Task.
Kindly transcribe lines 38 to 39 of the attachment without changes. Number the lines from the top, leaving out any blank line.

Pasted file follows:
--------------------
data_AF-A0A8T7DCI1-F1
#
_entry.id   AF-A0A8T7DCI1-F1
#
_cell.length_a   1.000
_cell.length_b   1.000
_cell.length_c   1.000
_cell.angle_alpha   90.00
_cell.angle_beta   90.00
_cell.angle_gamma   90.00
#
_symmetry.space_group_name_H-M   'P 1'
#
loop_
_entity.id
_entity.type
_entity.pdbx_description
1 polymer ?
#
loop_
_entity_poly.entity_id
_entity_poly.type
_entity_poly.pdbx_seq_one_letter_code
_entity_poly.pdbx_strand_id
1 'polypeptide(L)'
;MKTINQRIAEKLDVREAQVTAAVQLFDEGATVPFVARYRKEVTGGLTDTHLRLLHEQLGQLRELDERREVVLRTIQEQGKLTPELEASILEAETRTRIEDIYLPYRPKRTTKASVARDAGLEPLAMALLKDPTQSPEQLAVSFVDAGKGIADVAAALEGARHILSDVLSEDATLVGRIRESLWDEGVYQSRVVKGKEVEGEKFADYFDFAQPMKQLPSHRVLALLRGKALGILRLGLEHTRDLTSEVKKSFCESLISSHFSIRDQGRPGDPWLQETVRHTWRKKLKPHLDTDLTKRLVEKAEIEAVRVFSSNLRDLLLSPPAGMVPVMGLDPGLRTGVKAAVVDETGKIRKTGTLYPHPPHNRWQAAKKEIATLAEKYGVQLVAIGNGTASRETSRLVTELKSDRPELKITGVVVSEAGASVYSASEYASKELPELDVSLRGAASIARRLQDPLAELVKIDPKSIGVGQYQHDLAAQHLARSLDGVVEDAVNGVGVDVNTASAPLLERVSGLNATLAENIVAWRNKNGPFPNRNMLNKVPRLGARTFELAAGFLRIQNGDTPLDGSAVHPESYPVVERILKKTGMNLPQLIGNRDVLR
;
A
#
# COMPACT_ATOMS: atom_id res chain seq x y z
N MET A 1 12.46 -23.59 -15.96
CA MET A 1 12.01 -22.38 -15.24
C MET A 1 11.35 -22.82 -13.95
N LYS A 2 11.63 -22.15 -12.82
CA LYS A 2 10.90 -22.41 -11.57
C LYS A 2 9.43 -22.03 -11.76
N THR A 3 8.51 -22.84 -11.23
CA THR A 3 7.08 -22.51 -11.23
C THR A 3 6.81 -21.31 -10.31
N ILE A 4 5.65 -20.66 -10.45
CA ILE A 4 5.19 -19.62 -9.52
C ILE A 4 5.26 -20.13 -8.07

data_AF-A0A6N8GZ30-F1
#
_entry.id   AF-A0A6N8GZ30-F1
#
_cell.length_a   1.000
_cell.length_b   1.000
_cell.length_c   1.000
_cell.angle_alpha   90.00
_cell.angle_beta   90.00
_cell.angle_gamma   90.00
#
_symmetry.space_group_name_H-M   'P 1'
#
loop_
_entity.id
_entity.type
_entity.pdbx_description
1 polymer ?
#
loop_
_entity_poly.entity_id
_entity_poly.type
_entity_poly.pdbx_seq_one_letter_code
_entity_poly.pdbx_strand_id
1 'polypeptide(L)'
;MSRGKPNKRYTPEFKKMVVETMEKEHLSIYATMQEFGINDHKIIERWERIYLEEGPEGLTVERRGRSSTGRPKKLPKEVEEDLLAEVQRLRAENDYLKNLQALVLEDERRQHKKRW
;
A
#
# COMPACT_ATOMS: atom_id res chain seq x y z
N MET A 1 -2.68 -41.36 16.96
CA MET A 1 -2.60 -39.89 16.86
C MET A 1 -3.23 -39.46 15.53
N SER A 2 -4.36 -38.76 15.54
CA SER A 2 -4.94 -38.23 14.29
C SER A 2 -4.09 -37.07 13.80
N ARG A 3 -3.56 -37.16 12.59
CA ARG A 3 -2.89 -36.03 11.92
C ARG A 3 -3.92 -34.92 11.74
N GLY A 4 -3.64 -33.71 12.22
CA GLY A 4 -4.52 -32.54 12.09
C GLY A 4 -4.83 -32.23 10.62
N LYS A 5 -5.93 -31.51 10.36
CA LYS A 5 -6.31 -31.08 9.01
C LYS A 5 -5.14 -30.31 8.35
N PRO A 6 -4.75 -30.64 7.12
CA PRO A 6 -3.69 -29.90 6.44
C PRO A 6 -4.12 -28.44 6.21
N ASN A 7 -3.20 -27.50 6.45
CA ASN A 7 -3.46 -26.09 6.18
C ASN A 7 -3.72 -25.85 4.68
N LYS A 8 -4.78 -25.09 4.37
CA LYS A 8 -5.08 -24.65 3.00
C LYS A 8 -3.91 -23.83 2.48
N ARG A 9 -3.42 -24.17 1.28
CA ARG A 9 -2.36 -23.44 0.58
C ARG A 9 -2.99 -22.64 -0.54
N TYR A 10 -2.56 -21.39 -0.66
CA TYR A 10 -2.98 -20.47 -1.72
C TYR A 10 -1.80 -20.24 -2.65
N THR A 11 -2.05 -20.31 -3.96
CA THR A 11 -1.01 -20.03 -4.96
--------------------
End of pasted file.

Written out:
CA THR A 3 7.08 -22.51 -11.23
C THR A 3 6.81 -21.31 -10.31